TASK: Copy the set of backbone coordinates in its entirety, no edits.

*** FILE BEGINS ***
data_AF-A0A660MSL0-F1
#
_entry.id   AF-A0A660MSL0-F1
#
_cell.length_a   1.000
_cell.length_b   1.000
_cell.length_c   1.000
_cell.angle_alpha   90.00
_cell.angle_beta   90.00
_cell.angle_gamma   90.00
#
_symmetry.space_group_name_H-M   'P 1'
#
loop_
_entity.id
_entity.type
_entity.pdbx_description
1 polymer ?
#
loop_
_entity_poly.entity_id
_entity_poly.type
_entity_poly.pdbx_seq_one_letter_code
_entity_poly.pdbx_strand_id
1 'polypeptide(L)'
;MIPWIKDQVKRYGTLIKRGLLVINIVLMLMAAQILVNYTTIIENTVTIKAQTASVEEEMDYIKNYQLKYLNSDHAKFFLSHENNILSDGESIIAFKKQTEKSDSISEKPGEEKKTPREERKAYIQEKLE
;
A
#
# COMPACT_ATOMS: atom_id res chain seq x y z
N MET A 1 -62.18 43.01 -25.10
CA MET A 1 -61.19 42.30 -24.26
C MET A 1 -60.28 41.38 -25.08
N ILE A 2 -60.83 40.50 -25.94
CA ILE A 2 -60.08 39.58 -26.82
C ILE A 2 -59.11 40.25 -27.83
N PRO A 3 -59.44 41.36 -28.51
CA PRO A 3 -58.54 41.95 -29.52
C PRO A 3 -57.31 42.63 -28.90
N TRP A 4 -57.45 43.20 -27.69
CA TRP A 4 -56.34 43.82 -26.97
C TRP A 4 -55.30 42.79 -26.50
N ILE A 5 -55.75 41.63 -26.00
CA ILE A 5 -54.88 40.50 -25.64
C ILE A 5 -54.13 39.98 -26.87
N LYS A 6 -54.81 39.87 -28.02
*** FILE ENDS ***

data_AF-A0A660MSL0-F1
#
_entry.id   AF-A0A660MSL0-F1
#
_cell.length_a   1.000
_cell.length_b   1.000
_cell.length_c   1.000
_cell.angle_alpha   90.00
_cell.angle_beta   90.00
_cell.angle_gamma   90.00
#
_symmetry.space_group_name_H-M   'P 1'
#
loop_
_entity.id
_entity.type
_entity.pdbx_description
1 polymer ?
#
loop_
_entity_poly.entity_id
_entity_poly.type
_entity_poly.pdbx_seq_one_letter_code
_entity_poly.pdbx_strand_id
1 'polypeptide(L)'
;MIPWIKDQVKRYGTLIKRGLLVINIVLMLMAAQILVNYTTIIENTVTIKAQTASVEEEMDYIKNYQLKYLNSDHAKFFLSHENNILSDGESIIAFKKQTEKSDSISEKPGEEKKTPREERKAYIQEKLE
;
A
#
# COMPACT_ATOMS: atom_id res chain seq x y z
N MET A 1 -62.18 43.01 -25.10
CA MET A 1 -61.19 42.30 -24.26
C MET A 1 -60.28 41.38 -25.08
N ILE A 2 -60.83 40.50 -25.94
CA ILE A 2 -60.08 39.58 -26.82
C ILE A 2 -59.11 40.25 -27.83
N PRO A 3 -59.44 41.36 -28.51
CA PRO A 3 -58.54 41.95 -29.52
C PRO A 3 -57.31 42.63 -28.90
N TRP A 4 -57.45 43.20 -27.69
CA TRP A 4 -56.34 43.82 -26.97
C TRP A 4 -55.30 42.79 -26.50
N ILE A 5 -55.75 41.63 -26.00
CA ILE A 5 -54.88 40.50 -25.64
C ILE A 5 -54.13 39.98 -26.87
N LYS A 6 -54.81 39.87 -28.02